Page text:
Wilbert Rideau has been freed from court costs assessed against him last year. Calling the assessment "grossly disproportionate to any court costs ever imposed on any criminal defendant in Louisiana, indigent or non-indigent, who served the maximum sentence allowed by law," Third Circuit Court of Appeal Judge Sylvia Cooks wrote the opinion that Rideau does not have to pay $128,000 in court costs.
After serving more than 40 years behind bars at Louisiana State Penitentiary at Angola, where he became the award-winning editor of the prison's newsmagazine The Angolite, Rideau was retried for murder in 2005 for a fourth time after his 1970 trial was ruled unconstitutional. Presided over by Judge David Ritchie of the 14th Judicial District, Rideau was convicted of manslaughter, given a 21-year sentence, and immediately released. Ritchie also ordered Rideau to pay all court costs, which Rideau appealed.
In the Third Circuit ruling, Cooks wrote that Ritchie acted beyond his authority in assessing some of the court costs, according to an Associated Press story. She stated Rideau could have been ordered to pay some reasonable costs. ' Mary Tutwiler
GROUPS SUPPORT LUS
Two advocacy groups lined up behind Lafayette Utilities System this week in its landmark case before the state Supreme Court. The Louisiana Municipal Association and the Fiber-to-the-Home Council, a nonprofit group that promotes greater fiber optics deployment nationwide, both filed friend of the court briefs on behalf of LUS and the city of Lafayette.
Lafayette is seeking to issue $125 million in bonds for LUS to build a state of the art fiber network to offer phone, cable and high-speed Internet service. The city was sued by Lafayette resident Elizabeth Naquin, who argues that the state Fair Competition Act prohibits LUS from levying its utility resources in securing the bonds. LUS counters that the Fair Competition Act was set up as a means of governing its venture into the telecommunications business, not preventing it, and notes that the act specifically allows it to make loans from its utility business, as long as they are at a fair market rate. In August, the Third Circuit Court of Appeal ruled in favor of Naquin. Lafayette is now appealing that decision.
The LMA has supported LUS on the basis that the Third Circuit's ruling weakens municipalities' right to issue bonds and could set a precedent that would result in costly delays and challenges to infrastructure projects across the state. In its brief, the FTTH Council, whose membership includes several technology service companies, writes: "If not reversed, the Third Circuit's decision will detrimentally impact the United States' global competitive position for FTTH development. More specifically, it will deprive many of the FTTH Council's members of an opportunity of partnering with Lafayette in constructing and operating its FTTH System or to take advantage of the system's vast resources to offer advanced products and services to customers around the world."
The Louisiana Supreme Court is scheduled to hear formal arguments in the case Nov. 28. ' Nathan Stubbs
LANDRIEU WRITES PHI
After several requests from union officials, U.S. Sen. Mary Landrieu wrote a letter this week urging Petroleum Helicopters Inc. CEO Al Gonsoulin to go back into negotiations with PHI's pilot union in order to settle a strike that is now entering its sixth week. PHI is one of the country's largest helicopter service companies, providing air transport to a variety of customers in the oil and gas industry, air medical industry and maintenance companies. Pilots began the strike following more than two years of unsuccessful contract negotiations with the company, which is headquartered in Lafayette.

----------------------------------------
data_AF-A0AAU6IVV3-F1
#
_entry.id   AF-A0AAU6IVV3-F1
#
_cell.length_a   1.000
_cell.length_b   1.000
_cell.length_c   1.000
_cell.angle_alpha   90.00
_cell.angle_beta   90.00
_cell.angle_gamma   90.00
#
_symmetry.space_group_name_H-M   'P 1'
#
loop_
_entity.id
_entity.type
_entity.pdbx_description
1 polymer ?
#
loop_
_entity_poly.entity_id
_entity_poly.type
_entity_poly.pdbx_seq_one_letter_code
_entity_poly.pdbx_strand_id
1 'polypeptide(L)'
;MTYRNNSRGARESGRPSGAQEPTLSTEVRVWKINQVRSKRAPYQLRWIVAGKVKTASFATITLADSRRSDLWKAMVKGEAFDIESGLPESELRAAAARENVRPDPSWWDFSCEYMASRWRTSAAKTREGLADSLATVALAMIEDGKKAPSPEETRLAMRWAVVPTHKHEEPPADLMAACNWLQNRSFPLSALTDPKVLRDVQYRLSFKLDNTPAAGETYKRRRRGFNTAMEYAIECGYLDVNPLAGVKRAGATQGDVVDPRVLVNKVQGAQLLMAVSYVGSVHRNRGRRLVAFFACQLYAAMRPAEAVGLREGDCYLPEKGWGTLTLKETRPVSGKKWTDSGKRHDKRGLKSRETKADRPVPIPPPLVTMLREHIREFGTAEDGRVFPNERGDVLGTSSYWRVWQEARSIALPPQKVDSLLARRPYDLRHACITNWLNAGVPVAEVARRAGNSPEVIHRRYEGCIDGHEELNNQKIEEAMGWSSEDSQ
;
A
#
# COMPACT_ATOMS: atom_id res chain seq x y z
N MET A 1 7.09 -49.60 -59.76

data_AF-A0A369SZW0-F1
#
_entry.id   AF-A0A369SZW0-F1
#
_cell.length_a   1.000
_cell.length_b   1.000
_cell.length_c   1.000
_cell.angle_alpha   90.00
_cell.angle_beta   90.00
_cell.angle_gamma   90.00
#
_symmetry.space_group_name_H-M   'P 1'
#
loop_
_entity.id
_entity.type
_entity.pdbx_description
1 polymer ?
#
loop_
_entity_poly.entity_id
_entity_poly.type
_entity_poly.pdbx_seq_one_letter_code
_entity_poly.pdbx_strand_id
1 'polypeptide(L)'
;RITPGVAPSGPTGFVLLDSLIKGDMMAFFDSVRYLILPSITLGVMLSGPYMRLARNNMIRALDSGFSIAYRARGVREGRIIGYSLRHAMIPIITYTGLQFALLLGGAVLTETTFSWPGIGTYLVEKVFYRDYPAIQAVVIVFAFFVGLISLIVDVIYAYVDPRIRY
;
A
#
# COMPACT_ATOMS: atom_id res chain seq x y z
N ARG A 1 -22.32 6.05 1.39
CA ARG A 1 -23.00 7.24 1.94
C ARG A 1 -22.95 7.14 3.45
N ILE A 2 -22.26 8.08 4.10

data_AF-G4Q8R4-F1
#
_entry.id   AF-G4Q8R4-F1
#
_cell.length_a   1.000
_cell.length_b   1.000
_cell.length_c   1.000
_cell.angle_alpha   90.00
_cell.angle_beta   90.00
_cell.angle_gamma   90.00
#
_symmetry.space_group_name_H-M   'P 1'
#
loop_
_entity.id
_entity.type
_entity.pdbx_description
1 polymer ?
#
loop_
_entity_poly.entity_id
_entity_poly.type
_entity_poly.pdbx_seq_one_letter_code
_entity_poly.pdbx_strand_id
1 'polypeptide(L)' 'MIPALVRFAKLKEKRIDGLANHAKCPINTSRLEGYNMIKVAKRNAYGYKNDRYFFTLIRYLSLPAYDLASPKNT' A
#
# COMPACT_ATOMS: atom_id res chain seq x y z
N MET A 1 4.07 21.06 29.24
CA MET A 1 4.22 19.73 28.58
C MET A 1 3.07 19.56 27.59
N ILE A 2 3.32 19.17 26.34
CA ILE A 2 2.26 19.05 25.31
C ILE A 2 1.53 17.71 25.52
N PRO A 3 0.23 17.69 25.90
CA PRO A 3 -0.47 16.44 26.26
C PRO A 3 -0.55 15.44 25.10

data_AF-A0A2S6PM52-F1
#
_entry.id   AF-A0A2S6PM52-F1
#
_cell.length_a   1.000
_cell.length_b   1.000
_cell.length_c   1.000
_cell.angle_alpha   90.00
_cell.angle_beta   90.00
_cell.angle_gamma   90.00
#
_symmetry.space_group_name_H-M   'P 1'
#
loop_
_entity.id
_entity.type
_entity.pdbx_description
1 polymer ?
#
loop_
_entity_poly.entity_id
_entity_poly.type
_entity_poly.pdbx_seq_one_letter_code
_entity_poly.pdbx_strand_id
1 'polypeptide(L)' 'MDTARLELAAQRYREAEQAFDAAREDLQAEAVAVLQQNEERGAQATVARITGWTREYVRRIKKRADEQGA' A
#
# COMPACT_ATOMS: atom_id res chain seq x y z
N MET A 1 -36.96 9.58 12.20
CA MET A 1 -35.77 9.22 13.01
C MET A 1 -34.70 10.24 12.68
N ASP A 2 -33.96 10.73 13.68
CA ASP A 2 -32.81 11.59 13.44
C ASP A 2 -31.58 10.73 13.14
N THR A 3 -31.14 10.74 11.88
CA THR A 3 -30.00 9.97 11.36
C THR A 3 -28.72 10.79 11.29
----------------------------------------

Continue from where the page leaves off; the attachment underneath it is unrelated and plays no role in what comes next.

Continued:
PHI executives recently declined an invitation from the National Mediation Board to re-enter negotiations with pilots and have persistently indicated that, contrary to pilot union claims, the company's business operations have not been significantly compromised by the strike. The union estimates about 40 percent of PHI's 600 helicopter pilots are participating in the strike. PHI has since been offering lucrative bonuses to new pilots to fill the void.
In her letter, Landrieu echoes the union's claim of safety concerns resulting from PHI continuing to push services at a time when many of its most experienced pilots are on strike. Landrieu cites a recent crash of a PHI S-76 helicopter in the Gulf and writes, "As you know only too well, the Gulf is a hazardous operating environment. It seems particularly dangerous to have to rely on less experienced replacement pilots under these circumstances. The best interests of our State are served by a speedy return to work by our skilled, Gulf Coast pilots. However, that is not possible without an on-going bargaining process. I urge you to do your utmost to reach a compromise and bring this unfortunate impasse to an end."
PHI has been mum on details of the S-76 crash and has declined to speak to the media regarding the pilot strike. ' NS
CONGRESS CONCENTRATES ON DIFFERENT VEHICLES
On Louisiana's agenda, all eyes and ears will likely be on the outcome of the legislation that dedicates more offshore oil and gas royalties to the state. Congressman Bobby Jindal, a Kenner Republican, says a select committee is trying to hammer out a compromise between his version and the less generous alternative by Sen. Mary Landrieu, a New Orleans Democrat. But in the end, depending on the mood of the new Congress, both bills could die on the vine, he adds. If that happens, and it's likely, Jindal says the state's delegation will look to other measures on the move. "When we get back, there will be 11 different appropriation bills being considered, and a number of other bills that require action," Jindal says. "And that's a good thing, because that gives us more legislative vehicles."
Aside from the royalties bill, Jindal says enough importance isn't being put on the Water Resources Development Act, which could be another "huge opportunity." While it could be another vehicle for royalties, it also holds authorizations for several flood protection projects, including Morganza-to-the-Gulf, an aggressive project spanning the bayou parish region with 72 miles of levees, 12 floodgates, 12 water control structures and a lock on the Houma Navigation Canal. Of course, WRDA doesn't have the best track record, and even Jindal remains a skeptic. "That bill hasn't passed the Senate in six years," he says. ' Jeremy Alford